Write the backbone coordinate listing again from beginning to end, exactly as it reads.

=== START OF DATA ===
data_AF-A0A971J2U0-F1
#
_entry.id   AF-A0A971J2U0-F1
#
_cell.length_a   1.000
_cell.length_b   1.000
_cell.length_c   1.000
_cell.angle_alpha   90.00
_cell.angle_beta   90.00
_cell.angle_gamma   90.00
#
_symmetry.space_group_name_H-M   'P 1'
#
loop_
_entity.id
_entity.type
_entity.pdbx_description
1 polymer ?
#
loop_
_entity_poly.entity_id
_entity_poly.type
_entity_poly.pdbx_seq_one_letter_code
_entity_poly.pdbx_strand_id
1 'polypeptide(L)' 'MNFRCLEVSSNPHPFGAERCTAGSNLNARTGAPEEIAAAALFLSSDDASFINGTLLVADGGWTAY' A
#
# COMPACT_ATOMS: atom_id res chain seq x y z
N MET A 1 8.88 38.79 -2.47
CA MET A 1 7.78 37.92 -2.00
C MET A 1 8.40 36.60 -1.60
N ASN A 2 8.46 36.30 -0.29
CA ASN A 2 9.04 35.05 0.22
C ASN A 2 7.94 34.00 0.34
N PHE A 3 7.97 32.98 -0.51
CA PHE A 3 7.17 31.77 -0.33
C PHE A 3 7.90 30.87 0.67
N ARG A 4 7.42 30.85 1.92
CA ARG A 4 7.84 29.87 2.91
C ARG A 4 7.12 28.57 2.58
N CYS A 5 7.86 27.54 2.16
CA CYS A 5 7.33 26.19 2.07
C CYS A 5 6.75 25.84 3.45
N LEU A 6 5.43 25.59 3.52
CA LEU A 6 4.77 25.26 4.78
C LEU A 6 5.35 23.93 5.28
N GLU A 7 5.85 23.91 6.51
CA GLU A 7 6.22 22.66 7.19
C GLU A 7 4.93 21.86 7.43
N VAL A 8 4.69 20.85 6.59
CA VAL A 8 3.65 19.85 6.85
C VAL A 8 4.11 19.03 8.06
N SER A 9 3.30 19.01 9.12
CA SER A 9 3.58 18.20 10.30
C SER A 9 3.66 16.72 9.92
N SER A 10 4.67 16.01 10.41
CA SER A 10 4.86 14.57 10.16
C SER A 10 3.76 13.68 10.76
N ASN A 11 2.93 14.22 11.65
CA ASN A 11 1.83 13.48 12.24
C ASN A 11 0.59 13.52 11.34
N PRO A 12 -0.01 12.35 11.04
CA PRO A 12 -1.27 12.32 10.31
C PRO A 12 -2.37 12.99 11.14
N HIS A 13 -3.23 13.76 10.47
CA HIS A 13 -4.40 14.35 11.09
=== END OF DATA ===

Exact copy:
data_AF-A0A971J2U0-F1
#
_entry.id   AF-A0A971J2U0-F1
#
_cell.length_a   1.000
_cell.length_b   1.000
_cell.length_c   1.000
_cell.angle_alpha   90.00
_cell.angle_beta   90.00
_cell.angle_gamma   90.00
#
_symmetry.space_group_name_H-M   'P 1'
#
loop_
_entity.id
_entity.type
_entity.pdbx_description
1 polymer ?
#
loop_
_entity_poly.entity_id
_entity_poly.type
_entity_poly.pdbx_seq_one_letter_code
_entity_poly.pdbx_strand_id
1 'polypeptide(L)' 'MNFRCLEVSSNPHPFGAERCTAGSNLNARTGAPEEIAAAALFLSSDDASFINGTLLVADGGWTAY' A
#
# COMPACT_ATOMS: atom_id res chain seq x y z
N MET A 1 8.88 38.79 -2.47
CA MET A 1 7.78 37.92 -2.00
C MET A 1 8.40 36.60 -1.60
N ASN A 2 8.46 36.30 -0.29
CA ASN A 2 9.04 35.05 0.22
C ASN A 2 7.94 34.00 0.34
N PHE A 3 7.97 32.98 -0.51
CA PHE A 3 7.17 31.77 -0.33
C PHE A 3 7.90 30.87 0.67
N ARG A 4 7.42 30.85 1.92
CA ARG A 4 7.84 29.87 2.91
C ARG A 4 7.12 28.57 2.58
N CYS A 5 7.86 27.54 2.16
CA CYS A 5 7.33 26.19 2.07
C CYS A 5 6.75 25.84 3.45
N LEU A 6 5.43 25.59 3.52
CA LEU A 6 4.77 25.26 4.78
C LEU A 6 5.35 23.93 5.28
N GLU A 7 5.85 23.91 6.51
CA GLU A 7 6.22 22.66 7.19
C GLU A 7 4.93 21.86 7.43
N VAL A 8 4.69 20.85 6.59
CA VAL A 8 3.65 19.85 6.85
C VAL A 8 4.11 19.03 8.06
N SER A 9 3.30 19.01 9.12
CA SER A 9 3.58 18.20 10.30
C SER A 9 3.66 16.72 9.92
N SER A 10 4.67 16.01 10.41
CA SER A 10 4.86 14.57 10.16
C SER A 10 3.76 13.68 10.76
N ASN A 11 2.93 14.22 11.65
CA ASN A 11 1.83 13.48 12.24
C ASN A 11 0.59 13.52 11.34
N PRO A 12 -0.01 12.35 11.04
CA PRO A 12 -1.27 12.32 10.31
C PRO A 12 -2.37 12.99 11.14
N HIS A 13 -3.23 13.76 10.47
CA HIS A 13 -4.40 14.35 11.09